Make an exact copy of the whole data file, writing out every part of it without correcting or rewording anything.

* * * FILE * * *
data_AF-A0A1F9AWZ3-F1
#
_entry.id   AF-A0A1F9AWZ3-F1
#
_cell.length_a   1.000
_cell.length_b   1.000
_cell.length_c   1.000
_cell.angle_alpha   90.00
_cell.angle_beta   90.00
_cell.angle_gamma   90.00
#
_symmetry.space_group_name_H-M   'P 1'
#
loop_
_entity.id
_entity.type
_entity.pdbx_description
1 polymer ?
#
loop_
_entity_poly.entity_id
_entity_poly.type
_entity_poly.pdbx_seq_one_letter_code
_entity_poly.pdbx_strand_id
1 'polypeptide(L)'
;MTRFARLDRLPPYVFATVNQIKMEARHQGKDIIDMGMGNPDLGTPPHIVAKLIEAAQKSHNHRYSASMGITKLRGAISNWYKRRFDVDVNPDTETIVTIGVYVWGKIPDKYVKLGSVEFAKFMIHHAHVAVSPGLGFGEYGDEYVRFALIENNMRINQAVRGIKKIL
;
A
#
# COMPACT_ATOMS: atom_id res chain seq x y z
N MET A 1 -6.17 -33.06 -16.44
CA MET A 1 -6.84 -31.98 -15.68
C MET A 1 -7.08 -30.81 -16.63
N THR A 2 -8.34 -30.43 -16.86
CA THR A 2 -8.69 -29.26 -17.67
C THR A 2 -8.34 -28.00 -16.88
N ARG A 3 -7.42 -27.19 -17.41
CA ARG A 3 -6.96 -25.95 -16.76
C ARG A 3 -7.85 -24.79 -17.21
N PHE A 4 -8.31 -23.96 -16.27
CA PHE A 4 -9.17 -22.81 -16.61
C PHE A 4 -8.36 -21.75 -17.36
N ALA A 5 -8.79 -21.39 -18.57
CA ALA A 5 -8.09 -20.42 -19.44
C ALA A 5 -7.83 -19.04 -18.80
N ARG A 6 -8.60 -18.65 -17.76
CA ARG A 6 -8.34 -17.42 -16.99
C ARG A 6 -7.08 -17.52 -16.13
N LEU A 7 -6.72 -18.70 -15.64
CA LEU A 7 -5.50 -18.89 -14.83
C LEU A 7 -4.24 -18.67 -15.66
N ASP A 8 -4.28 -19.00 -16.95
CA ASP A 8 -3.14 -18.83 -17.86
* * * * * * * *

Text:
data_AF-A0A1F9AWZ3-F1
#
_entry.id   AF-A0A1F9AWZ3-F1
#
_cell.length_a   1.000
_cell.length_b   1.000
_cell.length_c   1.000
_cell.angle_alpha   90.00
_cell.angle_beta   90.00
_cell.angle_gamma   90.00
#
_symmetry.space_group_name_H-M   'P 1'
#
loop_
_entity.id
_entity.type
_entity.pdbx_description
1 polymer ?
#
loop_
_entity_poly.entity_id
_entity_poly.type
_entity_poly.pdbx_seq_one_letter_code
_entity_poly.pdbx_strand_id
1 'polypeptide(L)'
;MTRFARLDRLPPYVFATVNQIKMEARHQGKDIIDMGMGNPDLGTPPHIVAKLIEAAQKSHNHRYSASMGITKLRGAISNWYKRRFDVDVNPDTETIVTIGVYVWGKIPDKYVKLGSVEFAKFMIHHAHVAVSPGLGFGEYGDEYVRFALIENNMRINQAVRGIKKIL
;
A
#
# COMPACT_ATOMS: atom_id res chain seq x y z
N MET A 1 -6.17 -33.06 -16.44
CA MET A 1 -6.84 -31.98 -15.68
C MET A 1 -7.08 -30.81 -16.63
N THR A 2 -8.34 -30.43 -16.86
CA THR A 2 -8.69 -29.26 -17.67
C THR A 2 -8.34 -28.00 -16.88
N ARG A 3 -7.42 -27.19 -17.41
CA ARG A 3 -6.96 -25.95 -16.76
C ARG A 3 -7.85 -24.79 -17.21
N PHE A 4 -8.31 -23.96 -16.27
CA PHE A 4 -9.17 -22.81 -16.61
C PHE A 4 -8.36 -21.75 -17.36
N ALA A 5 -8.79 -21.39 -18.57
CA ALA A 5 -8.09 -20.42 -19.44
C ALA A 5 -7.83 -19.04 -18.80
N ARG A 6 -8.60 -18.65 -17.76
CA ARG A 6 -8.34 -17.42 -16.99
C ARG A 6 -7.08 -17.52 -16.13
N LEU A 7 -6.72 -18.70 -15.64
CA LEU A 7 -5.50 -18.89 -14.83
C LEU A 7 -4.24 -18.67 -15.66
N ASP A 8 -4.28 -19.00 -16.95
CA ASP A 8 -3.14 -18.83 -17.86